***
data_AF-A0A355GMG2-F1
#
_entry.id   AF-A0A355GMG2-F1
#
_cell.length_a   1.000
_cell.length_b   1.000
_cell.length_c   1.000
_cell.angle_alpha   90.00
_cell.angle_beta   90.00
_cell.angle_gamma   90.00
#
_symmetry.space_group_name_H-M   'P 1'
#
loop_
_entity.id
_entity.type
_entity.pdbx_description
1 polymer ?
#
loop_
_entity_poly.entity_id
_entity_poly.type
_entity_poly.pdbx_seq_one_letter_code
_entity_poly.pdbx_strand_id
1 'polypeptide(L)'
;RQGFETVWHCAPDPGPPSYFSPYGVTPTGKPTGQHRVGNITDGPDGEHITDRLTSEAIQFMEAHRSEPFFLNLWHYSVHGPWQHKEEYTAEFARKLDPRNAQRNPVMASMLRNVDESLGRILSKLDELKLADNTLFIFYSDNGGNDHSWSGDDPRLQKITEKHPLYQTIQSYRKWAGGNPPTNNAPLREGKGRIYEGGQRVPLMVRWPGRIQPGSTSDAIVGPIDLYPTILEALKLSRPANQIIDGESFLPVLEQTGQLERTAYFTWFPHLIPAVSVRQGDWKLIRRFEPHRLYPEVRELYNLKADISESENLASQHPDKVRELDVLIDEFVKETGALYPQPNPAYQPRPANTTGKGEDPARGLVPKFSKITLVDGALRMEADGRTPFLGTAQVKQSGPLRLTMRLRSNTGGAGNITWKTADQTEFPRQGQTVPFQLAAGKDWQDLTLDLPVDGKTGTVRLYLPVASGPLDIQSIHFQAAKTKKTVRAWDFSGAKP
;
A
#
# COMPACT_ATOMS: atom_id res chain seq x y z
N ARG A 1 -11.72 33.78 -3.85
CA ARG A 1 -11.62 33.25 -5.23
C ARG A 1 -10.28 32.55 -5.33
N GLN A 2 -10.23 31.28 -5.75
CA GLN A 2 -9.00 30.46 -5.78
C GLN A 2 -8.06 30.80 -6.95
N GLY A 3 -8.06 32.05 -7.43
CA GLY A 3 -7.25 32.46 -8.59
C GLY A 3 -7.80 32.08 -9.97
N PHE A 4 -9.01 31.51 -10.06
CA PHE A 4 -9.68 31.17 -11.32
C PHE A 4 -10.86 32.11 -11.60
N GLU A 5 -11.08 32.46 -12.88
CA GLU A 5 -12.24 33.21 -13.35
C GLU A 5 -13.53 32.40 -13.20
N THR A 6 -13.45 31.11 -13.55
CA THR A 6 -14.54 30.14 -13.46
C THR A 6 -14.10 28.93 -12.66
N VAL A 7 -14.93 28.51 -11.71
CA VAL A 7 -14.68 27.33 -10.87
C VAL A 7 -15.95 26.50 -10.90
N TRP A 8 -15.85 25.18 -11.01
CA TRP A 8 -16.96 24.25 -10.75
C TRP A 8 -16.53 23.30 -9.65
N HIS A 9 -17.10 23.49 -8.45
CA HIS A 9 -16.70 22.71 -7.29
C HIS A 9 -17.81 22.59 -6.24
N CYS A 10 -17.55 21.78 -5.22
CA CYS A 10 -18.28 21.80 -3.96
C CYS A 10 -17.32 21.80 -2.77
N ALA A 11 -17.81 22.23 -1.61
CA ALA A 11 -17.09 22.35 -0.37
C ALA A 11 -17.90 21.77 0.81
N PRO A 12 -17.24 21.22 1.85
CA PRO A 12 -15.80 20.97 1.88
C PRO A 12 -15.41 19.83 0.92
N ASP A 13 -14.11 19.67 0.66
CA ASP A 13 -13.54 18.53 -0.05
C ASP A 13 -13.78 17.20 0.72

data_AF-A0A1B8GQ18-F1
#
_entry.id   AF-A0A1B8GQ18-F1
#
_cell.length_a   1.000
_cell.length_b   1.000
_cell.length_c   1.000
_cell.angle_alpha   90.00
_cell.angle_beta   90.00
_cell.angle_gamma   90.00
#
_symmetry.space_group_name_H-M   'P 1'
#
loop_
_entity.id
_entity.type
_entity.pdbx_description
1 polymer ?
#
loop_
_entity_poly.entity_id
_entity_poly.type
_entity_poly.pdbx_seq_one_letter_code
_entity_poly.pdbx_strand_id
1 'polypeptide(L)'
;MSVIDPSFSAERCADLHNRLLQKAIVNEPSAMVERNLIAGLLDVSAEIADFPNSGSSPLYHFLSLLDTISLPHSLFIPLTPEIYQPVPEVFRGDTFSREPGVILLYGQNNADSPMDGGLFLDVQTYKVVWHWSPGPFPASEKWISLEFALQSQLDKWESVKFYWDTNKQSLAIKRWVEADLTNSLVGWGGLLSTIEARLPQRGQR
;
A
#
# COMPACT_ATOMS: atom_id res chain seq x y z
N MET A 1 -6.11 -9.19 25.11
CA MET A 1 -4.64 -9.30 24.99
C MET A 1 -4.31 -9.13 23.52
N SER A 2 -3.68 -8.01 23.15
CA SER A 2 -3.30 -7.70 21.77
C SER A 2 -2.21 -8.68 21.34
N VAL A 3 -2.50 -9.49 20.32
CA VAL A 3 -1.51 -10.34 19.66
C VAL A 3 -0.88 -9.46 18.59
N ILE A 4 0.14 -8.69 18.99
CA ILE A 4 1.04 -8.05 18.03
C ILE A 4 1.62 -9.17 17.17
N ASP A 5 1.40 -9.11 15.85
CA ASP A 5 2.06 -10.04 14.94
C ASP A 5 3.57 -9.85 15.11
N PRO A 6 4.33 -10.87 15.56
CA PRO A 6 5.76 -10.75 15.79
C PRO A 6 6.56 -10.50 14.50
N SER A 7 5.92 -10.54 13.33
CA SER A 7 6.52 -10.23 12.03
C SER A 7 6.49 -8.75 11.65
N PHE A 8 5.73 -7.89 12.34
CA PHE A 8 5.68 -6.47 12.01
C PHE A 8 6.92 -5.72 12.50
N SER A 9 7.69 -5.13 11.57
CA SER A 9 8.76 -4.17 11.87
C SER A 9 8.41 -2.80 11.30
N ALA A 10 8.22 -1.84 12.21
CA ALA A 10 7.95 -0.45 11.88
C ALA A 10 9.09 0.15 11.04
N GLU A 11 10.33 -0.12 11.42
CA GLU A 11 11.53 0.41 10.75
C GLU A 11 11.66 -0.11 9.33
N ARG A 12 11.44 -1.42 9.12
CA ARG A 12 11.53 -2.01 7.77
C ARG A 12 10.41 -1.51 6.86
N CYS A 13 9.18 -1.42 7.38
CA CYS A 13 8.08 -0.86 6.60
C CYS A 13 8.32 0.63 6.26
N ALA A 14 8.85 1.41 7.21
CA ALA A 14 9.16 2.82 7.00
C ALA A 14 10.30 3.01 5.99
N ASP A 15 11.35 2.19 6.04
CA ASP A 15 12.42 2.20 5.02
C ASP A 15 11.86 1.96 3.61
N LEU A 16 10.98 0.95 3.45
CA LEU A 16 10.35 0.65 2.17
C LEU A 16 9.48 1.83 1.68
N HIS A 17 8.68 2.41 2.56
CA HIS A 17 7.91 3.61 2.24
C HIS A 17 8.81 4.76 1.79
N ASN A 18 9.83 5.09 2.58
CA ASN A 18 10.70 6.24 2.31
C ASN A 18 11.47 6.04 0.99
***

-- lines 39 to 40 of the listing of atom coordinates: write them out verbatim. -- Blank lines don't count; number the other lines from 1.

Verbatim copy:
C GLY A 3 -7.80 32.08 -9.97
N PHE A 4 -9.01 31.51 -10.06